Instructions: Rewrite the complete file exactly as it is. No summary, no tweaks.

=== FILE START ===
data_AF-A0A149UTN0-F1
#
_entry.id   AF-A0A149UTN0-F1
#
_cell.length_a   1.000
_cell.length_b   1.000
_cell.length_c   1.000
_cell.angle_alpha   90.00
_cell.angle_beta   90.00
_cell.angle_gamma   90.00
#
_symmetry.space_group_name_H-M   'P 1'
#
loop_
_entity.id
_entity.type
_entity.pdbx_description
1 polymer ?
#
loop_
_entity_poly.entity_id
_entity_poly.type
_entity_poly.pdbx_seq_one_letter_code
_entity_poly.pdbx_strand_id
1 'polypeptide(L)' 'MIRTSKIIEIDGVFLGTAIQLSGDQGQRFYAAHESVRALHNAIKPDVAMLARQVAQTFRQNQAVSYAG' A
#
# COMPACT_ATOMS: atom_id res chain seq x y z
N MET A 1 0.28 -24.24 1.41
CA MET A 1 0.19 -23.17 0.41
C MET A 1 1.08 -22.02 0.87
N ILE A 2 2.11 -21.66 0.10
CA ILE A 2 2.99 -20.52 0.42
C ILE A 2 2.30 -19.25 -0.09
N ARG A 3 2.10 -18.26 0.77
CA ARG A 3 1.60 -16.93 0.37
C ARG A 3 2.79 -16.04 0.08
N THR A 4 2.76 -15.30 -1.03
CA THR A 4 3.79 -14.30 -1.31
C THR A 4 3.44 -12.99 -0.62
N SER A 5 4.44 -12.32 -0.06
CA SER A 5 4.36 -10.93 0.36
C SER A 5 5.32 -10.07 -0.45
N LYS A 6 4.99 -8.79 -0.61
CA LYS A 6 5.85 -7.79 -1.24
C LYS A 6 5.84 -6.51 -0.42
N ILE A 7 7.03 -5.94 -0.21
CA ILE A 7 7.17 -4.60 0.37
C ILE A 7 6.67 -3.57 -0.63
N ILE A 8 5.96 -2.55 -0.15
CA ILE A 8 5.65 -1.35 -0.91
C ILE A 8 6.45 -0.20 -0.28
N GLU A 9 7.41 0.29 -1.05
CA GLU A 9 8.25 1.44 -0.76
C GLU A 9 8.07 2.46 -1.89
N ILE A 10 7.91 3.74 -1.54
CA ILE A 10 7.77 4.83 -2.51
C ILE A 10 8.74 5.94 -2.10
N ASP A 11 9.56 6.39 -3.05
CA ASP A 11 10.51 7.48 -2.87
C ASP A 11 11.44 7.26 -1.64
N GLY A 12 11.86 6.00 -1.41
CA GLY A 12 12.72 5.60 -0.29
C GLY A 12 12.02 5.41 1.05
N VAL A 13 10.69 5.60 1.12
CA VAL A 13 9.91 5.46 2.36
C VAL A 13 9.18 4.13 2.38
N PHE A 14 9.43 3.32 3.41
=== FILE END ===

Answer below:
data_AF-A0A149UTN0-F1
#
_entry.id   AF-A0A149UTN0-F1
#
_cell.length_a   1.000
_cell.length_b   1.000
_cell.length_c   1.000
_cell.angle_alpha   90.00
_cell.angle_beta   90.00
_cell.angle_gamma   90.00
#
_symmetry.space_group_name_H-M   'P 1'
#
loop_
_entity.id
_entity.type
_entity.pdbx_description
1 polymer ?
#
loop_
_entity_poly.entity_id
_entity_poly.type
_entity_poly.pdbx_seq_one_letter_code
_entity_poly.pdbx_strand_id
1 'polypeptide(L)' 'MIRTSKIIEIDGVFLGTAIQLSGDQGQRFYAAHESVRALHNAIKPDVAMLARQVAQTFRQNQAVSYAG' A
#
# COMPACT_ATOMS: atom_id res chain seq x y z
N MET A 1 0.28 -24.24 1.41
CA MET A 1 0.19 -23.17 0.41
C MET A 1 1.08 -22.02 0.87
N ILE A 2 2.11 -21.66 0.10
CA ILE A 2 2.99 -20.52 0.42
C ILE A 2 2.30 -19.25 -0.09
N ARG A 3 2.10 -18.26 0.77
CA ARG A 3 1.60 -16.93 0.37
C ARG A 3 2.79 -16.04 0.08
N THR A 4 2.76 -15.30 -1.03
CA THR A 4 3.79 -14.30 -1.31
C THR A 4 3.44 -12.99 -0.62
N SER A 5 4.44 -12.32 -0.06
CA SER A 5 4.36 -10.93 0.36
C SER A 5 5.32 -10.07 -0.45
N LYS A 6 4.99 -8.79 -0.61
CA LYS A 6 5.85 -7.79 -1.24
C LYS A 6 5.84 -6.51 -0.42
N ILE A 7 7.03 -5.94 -0.21
CA ILE A 7 7.17 -4.60 0.37
C ILE A 7 6.67 -3.57 -0.63
N ILE A 8 5.96 -2.55 -0.15
CA ILE A 8 5.65 -1.35 -0.91
C ILE A 8 6.45 -0.20 -0.28
N GLU A 9 7.41 0.29 -1.05
CA GLU A 9 8.25 1.44 -0.76
C GLU A 9 8.07 2.46 -1.89
N ILE A 10 7.91 3.74 -1.54
CA ILE A 10 7.77 4.83 -2.51
C ILE A 10 8.74 5.94 -2.10
N ASP A 11 9.56 6.39 -3.05
CA ASP A 11 10.51 7.48 -2.87
C ASP A 11 11.44 7.26 -1.64
N GLY A 12 11.86 6.00 -1.41
CA GLY A 12 12.72 5.60 -0.29
C GLY A 12 12.02 5.41 1.05
N VAL A 13 10.69 5.60 1.12
CA VAL A 13 9.91 5.46 2.36
C VAL A 13 9.18 4.13 2.38
N PHE A 14 9.43 3.32 3.41